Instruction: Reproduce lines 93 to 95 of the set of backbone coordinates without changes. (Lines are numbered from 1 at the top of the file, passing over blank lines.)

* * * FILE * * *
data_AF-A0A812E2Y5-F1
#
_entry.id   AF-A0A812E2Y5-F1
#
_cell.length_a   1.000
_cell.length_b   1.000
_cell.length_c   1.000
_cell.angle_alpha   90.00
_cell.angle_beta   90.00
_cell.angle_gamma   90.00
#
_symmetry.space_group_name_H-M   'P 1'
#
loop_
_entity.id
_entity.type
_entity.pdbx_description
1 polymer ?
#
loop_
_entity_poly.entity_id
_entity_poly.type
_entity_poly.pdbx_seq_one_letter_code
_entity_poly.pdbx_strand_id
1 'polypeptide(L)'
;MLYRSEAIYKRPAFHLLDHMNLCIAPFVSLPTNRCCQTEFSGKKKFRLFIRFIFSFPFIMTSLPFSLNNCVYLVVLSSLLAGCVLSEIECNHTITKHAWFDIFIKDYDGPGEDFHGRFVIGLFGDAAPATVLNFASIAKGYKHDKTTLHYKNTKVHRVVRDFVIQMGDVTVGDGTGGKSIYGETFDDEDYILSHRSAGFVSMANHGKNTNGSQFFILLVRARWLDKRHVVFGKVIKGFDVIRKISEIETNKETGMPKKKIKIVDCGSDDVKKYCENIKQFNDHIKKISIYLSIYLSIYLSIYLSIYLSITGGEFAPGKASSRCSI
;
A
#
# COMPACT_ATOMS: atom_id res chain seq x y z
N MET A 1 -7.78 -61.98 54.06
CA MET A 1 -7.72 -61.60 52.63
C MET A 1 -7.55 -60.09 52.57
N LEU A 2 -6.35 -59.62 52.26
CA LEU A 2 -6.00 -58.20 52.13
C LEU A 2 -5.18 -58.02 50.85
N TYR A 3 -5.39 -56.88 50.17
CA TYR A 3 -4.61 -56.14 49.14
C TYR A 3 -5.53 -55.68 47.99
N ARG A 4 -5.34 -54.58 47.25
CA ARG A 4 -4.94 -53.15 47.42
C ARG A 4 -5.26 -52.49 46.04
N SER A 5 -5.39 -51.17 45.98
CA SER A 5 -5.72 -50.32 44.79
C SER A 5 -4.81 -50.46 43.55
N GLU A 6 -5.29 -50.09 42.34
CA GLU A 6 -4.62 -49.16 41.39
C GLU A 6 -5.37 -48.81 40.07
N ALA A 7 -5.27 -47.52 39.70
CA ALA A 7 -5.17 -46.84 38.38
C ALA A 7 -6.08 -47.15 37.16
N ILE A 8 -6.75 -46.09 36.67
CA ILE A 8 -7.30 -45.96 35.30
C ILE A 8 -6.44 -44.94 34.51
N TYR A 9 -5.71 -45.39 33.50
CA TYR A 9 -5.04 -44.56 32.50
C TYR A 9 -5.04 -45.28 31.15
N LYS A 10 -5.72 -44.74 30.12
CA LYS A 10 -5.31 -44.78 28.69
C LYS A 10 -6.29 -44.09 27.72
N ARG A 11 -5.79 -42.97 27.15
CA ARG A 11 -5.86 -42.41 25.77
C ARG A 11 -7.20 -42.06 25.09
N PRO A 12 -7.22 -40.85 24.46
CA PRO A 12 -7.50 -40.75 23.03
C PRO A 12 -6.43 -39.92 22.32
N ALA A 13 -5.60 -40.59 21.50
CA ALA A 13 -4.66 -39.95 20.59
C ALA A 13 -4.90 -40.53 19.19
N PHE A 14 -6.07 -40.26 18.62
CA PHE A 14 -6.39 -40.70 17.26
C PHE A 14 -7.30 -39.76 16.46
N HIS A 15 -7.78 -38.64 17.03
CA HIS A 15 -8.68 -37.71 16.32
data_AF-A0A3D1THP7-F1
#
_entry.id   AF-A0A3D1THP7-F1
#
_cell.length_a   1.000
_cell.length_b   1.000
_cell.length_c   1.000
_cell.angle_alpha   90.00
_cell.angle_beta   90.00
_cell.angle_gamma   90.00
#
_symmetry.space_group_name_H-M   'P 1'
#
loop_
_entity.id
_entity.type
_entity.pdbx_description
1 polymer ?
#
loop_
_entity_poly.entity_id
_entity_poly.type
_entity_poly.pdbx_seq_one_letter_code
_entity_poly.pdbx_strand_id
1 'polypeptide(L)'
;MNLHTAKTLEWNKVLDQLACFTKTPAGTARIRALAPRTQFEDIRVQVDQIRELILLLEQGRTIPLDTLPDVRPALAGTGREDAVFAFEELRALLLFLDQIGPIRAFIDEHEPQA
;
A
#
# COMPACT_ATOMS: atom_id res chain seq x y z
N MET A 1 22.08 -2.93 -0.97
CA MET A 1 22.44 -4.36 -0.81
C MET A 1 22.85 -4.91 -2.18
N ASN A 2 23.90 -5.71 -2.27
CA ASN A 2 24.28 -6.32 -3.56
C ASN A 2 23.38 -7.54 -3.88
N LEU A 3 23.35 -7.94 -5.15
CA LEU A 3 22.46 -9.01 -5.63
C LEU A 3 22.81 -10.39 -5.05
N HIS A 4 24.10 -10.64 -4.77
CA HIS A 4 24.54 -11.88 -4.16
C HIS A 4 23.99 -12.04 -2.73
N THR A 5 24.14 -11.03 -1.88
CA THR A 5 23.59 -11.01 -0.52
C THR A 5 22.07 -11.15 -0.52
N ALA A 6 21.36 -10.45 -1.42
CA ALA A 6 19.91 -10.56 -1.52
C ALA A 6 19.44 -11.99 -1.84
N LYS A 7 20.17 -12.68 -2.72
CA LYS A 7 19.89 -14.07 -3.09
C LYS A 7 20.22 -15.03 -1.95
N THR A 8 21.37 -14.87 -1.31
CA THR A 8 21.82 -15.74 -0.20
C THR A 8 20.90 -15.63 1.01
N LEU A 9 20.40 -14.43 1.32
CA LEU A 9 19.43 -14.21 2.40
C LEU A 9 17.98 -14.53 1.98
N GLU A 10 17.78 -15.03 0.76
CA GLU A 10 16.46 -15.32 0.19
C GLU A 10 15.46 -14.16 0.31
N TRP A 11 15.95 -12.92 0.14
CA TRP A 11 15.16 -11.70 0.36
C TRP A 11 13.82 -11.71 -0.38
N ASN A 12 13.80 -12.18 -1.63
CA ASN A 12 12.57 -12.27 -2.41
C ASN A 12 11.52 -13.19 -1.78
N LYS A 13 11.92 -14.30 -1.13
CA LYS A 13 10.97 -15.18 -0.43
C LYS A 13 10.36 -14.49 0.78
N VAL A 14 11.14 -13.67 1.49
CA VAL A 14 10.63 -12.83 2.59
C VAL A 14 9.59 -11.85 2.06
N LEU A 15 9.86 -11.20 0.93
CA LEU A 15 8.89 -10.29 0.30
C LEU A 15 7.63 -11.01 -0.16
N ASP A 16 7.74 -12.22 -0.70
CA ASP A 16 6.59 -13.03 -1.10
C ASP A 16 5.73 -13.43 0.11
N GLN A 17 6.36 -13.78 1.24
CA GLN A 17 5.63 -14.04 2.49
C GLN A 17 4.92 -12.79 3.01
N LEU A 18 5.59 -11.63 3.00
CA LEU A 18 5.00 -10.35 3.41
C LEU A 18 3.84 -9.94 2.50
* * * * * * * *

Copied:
#
loop_
_entity_poly.entity_id